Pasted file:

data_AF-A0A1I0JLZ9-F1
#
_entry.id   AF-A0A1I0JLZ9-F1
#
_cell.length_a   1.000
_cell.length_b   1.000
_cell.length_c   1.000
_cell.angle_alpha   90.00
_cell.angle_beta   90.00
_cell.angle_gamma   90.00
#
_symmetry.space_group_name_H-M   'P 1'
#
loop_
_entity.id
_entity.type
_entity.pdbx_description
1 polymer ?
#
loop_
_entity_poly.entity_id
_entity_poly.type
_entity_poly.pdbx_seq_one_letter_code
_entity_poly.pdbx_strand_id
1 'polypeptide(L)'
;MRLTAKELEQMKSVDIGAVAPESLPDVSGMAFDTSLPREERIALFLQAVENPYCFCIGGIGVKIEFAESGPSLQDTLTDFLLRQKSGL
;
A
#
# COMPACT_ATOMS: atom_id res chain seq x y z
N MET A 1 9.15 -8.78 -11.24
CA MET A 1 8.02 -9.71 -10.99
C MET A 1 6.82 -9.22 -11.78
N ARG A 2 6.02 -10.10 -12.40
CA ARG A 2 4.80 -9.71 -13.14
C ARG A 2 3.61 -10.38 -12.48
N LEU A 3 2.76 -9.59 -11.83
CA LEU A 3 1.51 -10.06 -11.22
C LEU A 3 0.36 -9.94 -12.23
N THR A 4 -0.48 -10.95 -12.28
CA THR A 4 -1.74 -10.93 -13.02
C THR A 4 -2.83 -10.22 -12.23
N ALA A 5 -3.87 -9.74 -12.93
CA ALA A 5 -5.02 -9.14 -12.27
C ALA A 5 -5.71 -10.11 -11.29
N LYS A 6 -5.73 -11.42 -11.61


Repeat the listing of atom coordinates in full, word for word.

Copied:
data_AF-A0A1I0JLZ9-F1
#
_entry.id   AF-A0A1I0JLZ9-F1
#
_cell.length_a   1.000
_cell.length_b   1.000
_cell.length_c   1.000
_cell.angle_alpha   90.00
_cell.angle_beta   90.00
_cell.angle_gamma   90.00
#
_symmetry.space_group_name_H-M   'P 1'
#
loop_
_entity.id
_entity.type
_entity.pdbx_description
1 polymer ?
#
loop_
_entity_poly.entity_id
_entity_poly.type
_entity_poly.pdbx_seq_one_letter_code
_entity_poly.pdbx_strand_id
1 'polypeptide(L)'
;MRLTAKELEQMKSVDIGAVAPESLPDVSGMAFDTSLPREERIALFLQAVENPYCFCIGGIGVKIEFAESGPSLQDTLTDFLLRQKSGL
;
A
#
# COMPACT_ATOMS: atom_id res chain seq x y z
N MET A 1 9.15 -8.78 -11.24
CA MET A 1 8.02 -9.71 -10.99
C MET A 1 6.82 -9.22 -11.78
N ARG A 2 6.02 -10.10 -12.40
CA ARG A 2 4.80 -9.71 -13.14
C ARG A 2 3.61 -10.38 -12.48
N LEU A 3 2.76 -9.59 -11.83
CA LEU A 3 1.51 -10.06 -11.22
C LEU A 3 0.36 -9.94 -12.23
N THR A 4 -0.48 -10.95 -12.28
CA THR A 4 -1.74 -10.93 -13.02
C THR A 4 -2.83 -10.22 -12.23
N ALA A 5 -3.87 -9.74 -12.93
CA ALA A 5 -5.02 -9.14 -12.27
C ALA A 5 -5.71 -10.11 -11.29
N LYS A 6 -5.73 -11.42 -11.61